Singapore

Hong Kong-Singapore travel bubble: Different Covid-19 strategies dash hopes for quarantine-free travel deal, officials say

Hong Kong-Singapore travel bubble: Different Covid-19 strategies dash hopes for quarantine-free travel deal, officials say


But Singapore said in May it wanted to shift to a policy of “coexisting with the virus”, in stark contrast to Hong Kong’s insistence on a “zero infection” goal.

“With Singapore now moving towards a new strategy of building a ‘Covid-resistant’ nation, the basic premise underpinning (the bubble) has changed,” a Hong Kong government spokesman said.

“Take the 7-day moving average of unlinked local cases as an example, which is the criteria for suspending and resuming ATB (air travel bubble) under the agreed framework. Due to the implementation of the new strategy, this number in Singapore may not always be maintained at the desired level level.”

The spokesman said on Thursday that the two governments had agreed not to hold further discussions on the travel bubble.

Announcing the decision on Thursday, Singapore’s Transport Minister Iswaran also pointed to differences in the two cities’ response to the outbreak, saying his government would not be able to start or sustain a travel bubble in the previously agreed form.

For now at least, Hong Kong will remain barred from entry for people arriving from Singapore who do not want to be quarantined.Photo: Yang Xin

Under the previously agreed mechanism, once the bubble has started, it will be suspended if the 7-day moving average of unlinked Covid-19 cases in any city exceeds 5 cases.

Hong Kong has been striving to achieve zero infections, and it is hoped that mainland Chinese authorities will resume cross-border travel with Hong Kong. Most of the cases recorded in Hong Kong in the past two months were imported cases.

Singapore-Hong Kong travel bubble: Review delays deals in late August

Singapore is planning steps to adapt to life with coronavirus, with ministers tying the easing of Covid-19 rules to vaccination milestones.

For example, authorities want to allow quarantine-free travel with some countries when vaccination rates are expected to reach 80% in September.

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Travel bubble: Hong Kong and Singapore introduce quarantine-free entry after long delay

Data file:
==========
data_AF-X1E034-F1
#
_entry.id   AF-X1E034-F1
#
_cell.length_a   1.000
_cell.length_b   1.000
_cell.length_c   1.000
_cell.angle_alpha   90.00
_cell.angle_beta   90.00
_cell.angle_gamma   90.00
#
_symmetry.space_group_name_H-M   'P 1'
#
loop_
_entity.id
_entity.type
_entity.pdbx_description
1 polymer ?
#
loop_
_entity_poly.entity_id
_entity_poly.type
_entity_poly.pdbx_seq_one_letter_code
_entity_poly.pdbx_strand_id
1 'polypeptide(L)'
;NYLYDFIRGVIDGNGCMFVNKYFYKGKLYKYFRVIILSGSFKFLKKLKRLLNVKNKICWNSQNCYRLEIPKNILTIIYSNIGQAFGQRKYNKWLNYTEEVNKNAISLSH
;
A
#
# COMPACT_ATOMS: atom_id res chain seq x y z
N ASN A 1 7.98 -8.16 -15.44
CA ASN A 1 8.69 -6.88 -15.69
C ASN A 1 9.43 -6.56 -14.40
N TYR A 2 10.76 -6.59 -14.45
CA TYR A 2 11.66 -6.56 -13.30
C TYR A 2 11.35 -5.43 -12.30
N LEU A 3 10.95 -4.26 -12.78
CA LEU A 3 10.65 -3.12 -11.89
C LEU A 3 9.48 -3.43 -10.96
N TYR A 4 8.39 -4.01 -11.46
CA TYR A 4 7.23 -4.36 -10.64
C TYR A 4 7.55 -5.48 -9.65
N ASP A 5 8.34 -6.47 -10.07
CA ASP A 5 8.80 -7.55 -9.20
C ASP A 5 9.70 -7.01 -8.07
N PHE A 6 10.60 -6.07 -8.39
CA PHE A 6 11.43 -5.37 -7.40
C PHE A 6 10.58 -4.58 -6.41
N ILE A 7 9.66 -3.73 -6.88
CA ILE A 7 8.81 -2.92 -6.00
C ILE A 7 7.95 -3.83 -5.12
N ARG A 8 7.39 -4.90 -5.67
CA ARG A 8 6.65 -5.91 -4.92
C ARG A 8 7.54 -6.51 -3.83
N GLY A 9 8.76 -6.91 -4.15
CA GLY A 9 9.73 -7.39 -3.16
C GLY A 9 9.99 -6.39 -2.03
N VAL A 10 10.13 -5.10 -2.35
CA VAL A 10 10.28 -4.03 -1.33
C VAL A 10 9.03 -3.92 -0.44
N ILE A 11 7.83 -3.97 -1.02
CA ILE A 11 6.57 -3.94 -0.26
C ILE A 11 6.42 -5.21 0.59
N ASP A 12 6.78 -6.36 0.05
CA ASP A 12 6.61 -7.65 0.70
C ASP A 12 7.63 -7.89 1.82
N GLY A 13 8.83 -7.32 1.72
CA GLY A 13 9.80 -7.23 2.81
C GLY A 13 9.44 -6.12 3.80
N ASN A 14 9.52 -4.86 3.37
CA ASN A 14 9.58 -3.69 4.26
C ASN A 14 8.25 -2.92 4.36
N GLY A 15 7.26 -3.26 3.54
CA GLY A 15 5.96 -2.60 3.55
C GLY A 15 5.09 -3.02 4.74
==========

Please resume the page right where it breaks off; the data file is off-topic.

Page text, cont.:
Travel bubble: Hong Kong and Singapore introduce quarantine-free entry after long delay

The planned Singapore-Hong Kong travel bubble has been postponed twice – in November last year and in May this year – after the new outbreak.

In March this year, Minister of Commerce Qiu Tenghua said that the government had sent letters to Japan, South Korea, Thailand, Vietnam, Australia and New Zealand to explore similar quarantine-free arrangements, and the progress depended on the development of the epidemic.

Many western countries are currently treating the health crisis like a seasonal flu, while Hong Kong and the mainland continue to adopt stricter measures, said Yiu Sirong, a member of the tourism legislature.

“So if most overseas countries adopt relatively loose standards, it will become increasingly difficult to open other travel corridors involving Hong Kong and these countries,” Yao said.

He added that Hong Kong is more interested in reopening its borders with the mainland than in resuming travel with overseas countries, with nearly 80 percent of the city’s inbound travelers traditionally coming from that part of the country.

Yao expects future plans to resume quarantine-free travel plans with other countries abandoning the “zero infection” goal will depend on the mainland’s attitude towards these destinations.

Chui Tingbang, executive director of the Hong Kong Tourism Association, said the bursting of the bubble was not disappointing because the tourism industry did not have any expectations in the first place.

Cui Shian emphasized that only reopening the border with the mainland can save the tourism industry.

“We have to wait for the global outbreak to be contained or have a chance to end before we see the possibility of resuming normal travel with other countries,” he said.

He predicts that the full reopening of Hong Kong’s borders to the world may not happen until 2023 at the earliest.

“The premise of starting a travel bubble is that the epidemic is contained anywhere, and this depends very much on global developments,” he said.

This article appeared in the print edition of the South China Morning Post: Bubble bursts with different strategies



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